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REA details pathway to net zero and economic recovery in new green strategy

Image: REA.

Image: REA.

A green pathway detailing measures needed to deliver net zero – focusing largely on renewables targets – has been published by the Association for Renewable Energy and Clean Technology (REA).

Key targets outlined in the document include ensuring that over 50% of electricity generation will be provided by renewables by the end of 2022, climbing to 100% by 2032, as well as the majority of energy demand for the heat and transport sectors being met by renewable and clean technologies by 2035.

Alongside this, the REA is suggesting a further key target of all bio-waste being able to either be separated and recycled at source of collected separately by the end of 2023.

These measures could result in 200,000 new jobs by 2035 in the renewable energy and clean technology sector. However, to enable this target to me met a number of barriers must be removed, with the REA stating that for the green industry to thrive it needs a clear route to market, a fit for purpose grid network and a wide mix of technologies.

This collection of technologies includes bioenergy, energy from waste, gasification, landfill gas, geothermal, solar PV, wind, electric vehicles (EVs), biofuels, marine and hydro. Additionally, dry and wet anaerobic digestion, composting and energy storage in all forms "will be just as important as the emerging heat pumps, Demand Side Response (DSR) and hydrogen sectors - all have a role," the REA wrote.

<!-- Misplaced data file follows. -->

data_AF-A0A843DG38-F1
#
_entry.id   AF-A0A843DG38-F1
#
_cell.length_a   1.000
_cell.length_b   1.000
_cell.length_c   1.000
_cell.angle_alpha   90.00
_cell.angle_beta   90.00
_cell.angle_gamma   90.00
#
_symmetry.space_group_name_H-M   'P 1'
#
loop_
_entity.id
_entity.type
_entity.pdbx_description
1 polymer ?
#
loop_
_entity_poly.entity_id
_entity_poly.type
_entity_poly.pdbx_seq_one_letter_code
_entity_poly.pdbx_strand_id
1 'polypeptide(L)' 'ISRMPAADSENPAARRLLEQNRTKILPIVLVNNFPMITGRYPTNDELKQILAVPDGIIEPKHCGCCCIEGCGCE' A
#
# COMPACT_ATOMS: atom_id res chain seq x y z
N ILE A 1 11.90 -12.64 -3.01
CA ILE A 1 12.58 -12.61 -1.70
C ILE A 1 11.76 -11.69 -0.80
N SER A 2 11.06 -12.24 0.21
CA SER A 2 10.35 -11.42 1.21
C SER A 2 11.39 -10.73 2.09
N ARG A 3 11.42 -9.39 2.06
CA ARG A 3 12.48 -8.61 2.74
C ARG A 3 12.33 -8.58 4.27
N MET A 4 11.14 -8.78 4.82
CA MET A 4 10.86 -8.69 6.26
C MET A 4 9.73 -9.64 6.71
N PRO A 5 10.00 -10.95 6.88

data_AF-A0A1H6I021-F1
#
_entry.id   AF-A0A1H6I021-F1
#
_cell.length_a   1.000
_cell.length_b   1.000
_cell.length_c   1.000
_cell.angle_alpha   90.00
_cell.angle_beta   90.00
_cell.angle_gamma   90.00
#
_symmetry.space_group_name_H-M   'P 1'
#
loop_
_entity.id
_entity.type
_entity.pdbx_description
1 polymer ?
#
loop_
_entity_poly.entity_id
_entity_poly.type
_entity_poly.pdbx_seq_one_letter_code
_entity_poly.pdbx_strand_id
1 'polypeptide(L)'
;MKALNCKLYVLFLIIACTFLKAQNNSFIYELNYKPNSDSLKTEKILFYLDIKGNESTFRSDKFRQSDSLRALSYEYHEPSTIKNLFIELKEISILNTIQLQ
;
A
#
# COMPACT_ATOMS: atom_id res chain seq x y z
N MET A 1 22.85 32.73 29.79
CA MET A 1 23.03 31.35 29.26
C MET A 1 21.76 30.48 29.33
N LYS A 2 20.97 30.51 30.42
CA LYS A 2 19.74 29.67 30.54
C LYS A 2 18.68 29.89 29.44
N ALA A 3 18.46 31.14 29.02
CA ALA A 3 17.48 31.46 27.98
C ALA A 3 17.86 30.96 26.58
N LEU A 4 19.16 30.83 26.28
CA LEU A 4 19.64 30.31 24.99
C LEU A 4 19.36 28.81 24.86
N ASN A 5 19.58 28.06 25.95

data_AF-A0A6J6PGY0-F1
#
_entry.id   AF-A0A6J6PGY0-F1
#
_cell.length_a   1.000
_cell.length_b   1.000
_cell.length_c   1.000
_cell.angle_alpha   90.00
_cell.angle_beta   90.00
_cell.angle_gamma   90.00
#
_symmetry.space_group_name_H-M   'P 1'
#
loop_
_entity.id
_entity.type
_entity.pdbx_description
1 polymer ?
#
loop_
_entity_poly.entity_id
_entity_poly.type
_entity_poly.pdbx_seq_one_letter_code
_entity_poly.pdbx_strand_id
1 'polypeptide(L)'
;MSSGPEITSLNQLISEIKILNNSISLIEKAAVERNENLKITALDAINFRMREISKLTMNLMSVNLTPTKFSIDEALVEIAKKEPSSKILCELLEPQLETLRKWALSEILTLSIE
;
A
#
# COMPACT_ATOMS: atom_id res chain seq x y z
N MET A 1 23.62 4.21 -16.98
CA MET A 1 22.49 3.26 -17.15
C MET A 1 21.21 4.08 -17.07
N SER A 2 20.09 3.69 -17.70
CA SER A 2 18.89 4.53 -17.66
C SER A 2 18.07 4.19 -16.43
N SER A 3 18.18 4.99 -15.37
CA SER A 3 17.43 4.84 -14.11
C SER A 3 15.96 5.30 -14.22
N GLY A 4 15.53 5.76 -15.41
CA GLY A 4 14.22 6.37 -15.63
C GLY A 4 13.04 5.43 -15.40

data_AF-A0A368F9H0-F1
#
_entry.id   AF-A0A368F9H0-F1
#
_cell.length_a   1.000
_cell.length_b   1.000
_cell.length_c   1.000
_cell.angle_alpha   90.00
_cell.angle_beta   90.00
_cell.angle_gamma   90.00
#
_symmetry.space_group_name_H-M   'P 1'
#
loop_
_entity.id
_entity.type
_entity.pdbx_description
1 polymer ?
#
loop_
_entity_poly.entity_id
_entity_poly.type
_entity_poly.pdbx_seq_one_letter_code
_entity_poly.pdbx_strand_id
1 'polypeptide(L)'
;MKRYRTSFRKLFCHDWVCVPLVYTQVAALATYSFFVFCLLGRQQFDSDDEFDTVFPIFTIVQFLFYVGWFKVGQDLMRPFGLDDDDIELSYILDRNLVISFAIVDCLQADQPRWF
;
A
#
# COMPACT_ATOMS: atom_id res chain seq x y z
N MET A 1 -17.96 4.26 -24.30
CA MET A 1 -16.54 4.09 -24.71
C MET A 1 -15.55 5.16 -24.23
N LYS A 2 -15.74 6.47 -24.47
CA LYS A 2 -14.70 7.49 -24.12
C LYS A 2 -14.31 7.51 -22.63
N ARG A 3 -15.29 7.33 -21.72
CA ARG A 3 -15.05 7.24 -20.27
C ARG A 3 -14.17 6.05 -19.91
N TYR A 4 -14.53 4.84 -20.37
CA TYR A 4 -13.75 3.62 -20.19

However, a need for a route to market was a theme that emerged through the report that cuts across the entire transition, with it being clear there is a lack of a clear pathway for most technologies across heat, power, flexibility technologies and transport fuels according to the REA.

The trade association pointed to the closure of the Renewable Heat Incentive for heat projects, “inadequate Contracts for Difference (CfD) scheme for many power technologies”, as well as there being “no holistic flexibility markets” as examples of a lack of a clear route to market.

Other themes that emerged include how the sector has – and must, the REA said, continue to have – sustainability at its heart, as well as the need for the development and application of best practice guidance and standardisations across technologies.

Dr Nina Skorupska CBE, chief executive of the REA, said that the government has "an opportunity to make a bold statement", pointing to how the strategy released by the association both sets out targets and "also provides the solutions to removing the barriers which could prevent those targets being met".

“Our strategy offers government the pathway to net zero and economic recovery – it is now up to them to deliver it.”


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